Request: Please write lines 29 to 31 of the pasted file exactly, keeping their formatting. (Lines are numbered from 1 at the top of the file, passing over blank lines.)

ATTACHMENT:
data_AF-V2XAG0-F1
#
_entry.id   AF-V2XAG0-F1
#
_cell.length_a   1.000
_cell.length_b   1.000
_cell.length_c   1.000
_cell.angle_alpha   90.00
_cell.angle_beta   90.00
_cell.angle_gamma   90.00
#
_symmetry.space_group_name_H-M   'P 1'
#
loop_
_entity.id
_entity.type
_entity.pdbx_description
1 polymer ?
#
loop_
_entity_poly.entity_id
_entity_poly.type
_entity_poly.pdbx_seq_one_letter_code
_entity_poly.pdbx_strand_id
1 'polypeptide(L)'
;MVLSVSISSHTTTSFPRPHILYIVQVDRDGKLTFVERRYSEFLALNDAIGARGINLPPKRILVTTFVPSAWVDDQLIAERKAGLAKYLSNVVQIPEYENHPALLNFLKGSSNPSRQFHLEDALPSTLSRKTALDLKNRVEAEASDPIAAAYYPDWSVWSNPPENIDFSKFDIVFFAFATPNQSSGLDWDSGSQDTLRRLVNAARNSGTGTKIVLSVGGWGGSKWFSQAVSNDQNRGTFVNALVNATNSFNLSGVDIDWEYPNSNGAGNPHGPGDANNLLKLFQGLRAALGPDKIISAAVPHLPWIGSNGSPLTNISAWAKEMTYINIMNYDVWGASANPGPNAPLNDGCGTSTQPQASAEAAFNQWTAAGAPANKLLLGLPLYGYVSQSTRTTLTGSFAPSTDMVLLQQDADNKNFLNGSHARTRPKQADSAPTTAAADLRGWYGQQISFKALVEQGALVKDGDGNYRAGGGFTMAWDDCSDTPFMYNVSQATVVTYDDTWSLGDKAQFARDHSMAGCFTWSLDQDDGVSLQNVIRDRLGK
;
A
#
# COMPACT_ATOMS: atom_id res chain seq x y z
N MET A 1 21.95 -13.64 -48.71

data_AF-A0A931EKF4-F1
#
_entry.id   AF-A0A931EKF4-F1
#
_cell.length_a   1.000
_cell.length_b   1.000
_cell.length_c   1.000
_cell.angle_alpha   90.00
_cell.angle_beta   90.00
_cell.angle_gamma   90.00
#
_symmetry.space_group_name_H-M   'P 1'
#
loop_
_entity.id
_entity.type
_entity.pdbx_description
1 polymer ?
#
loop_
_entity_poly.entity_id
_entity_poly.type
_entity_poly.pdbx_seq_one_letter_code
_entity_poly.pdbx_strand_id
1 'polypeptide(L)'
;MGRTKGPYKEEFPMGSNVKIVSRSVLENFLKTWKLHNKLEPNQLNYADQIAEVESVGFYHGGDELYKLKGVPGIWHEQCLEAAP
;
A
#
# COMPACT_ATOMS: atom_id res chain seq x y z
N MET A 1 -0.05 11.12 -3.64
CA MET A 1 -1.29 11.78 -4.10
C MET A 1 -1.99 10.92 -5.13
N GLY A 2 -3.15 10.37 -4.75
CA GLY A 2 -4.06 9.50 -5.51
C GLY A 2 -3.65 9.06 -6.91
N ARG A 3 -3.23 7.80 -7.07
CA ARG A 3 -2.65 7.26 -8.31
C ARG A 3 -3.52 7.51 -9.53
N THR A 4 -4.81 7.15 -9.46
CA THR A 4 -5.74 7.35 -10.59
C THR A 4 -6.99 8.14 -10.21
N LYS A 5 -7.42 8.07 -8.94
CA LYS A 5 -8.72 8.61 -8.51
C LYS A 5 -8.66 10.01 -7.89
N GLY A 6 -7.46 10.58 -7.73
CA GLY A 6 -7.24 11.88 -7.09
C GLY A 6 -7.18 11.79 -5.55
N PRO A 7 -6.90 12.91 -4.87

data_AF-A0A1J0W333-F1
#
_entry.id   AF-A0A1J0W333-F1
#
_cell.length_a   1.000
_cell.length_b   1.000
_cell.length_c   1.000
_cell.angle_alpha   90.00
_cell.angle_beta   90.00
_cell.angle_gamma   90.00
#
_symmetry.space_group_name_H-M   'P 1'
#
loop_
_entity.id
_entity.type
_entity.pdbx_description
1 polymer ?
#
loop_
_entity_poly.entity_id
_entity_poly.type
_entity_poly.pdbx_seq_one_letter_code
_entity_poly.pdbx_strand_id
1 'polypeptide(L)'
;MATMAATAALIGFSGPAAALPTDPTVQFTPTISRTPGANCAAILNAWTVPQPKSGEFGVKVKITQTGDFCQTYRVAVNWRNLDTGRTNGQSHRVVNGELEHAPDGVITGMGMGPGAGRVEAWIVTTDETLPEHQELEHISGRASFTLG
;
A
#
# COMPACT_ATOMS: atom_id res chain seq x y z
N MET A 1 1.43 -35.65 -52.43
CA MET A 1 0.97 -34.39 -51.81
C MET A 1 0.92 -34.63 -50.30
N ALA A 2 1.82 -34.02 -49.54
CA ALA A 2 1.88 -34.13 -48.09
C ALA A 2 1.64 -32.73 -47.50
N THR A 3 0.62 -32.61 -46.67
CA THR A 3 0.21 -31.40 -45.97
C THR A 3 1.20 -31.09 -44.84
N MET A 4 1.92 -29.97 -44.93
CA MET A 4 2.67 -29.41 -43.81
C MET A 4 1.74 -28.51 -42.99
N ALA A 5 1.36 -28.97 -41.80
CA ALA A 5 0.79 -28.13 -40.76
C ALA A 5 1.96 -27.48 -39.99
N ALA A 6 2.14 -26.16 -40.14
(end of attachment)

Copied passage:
#
# COMPACT_ATOMS: atom_id res chain seq x y z
N MET A 1 21.95 -13.64 -48.71